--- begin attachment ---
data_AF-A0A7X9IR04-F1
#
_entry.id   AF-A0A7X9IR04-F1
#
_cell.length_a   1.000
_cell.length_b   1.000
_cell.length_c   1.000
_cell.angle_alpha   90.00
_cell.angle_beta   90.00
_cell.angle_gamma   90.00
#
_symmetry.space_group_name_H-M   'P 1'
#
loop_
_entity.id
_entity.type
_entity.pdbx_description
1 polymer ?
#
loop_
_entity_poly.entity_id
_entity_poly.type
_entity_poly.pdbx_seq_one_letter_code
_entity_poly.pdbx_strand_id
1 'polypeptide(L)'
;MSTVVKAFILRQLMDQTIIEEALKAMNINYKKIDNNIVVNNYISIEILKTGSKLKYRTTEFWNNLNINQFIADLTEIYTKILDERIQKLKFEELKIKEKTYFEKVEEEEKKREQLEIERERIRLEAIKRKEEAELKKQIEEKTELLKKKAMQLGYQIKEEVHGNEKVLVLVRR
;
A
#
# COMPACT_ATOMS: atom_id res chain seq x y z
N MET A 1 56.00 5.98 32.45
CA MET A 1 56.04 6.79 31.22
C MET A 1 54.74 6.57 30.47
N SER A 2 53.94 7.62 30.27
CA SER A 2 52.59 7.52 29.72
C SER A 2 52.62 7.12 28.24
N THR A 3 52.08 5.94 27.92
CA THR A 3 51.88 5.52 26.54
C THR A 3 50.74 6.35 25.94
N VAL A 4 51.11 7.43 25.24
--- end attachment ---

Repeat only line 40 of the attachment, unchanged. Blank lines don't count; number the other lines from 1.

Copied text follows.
N VAL A 4 51.11 7.43 25.24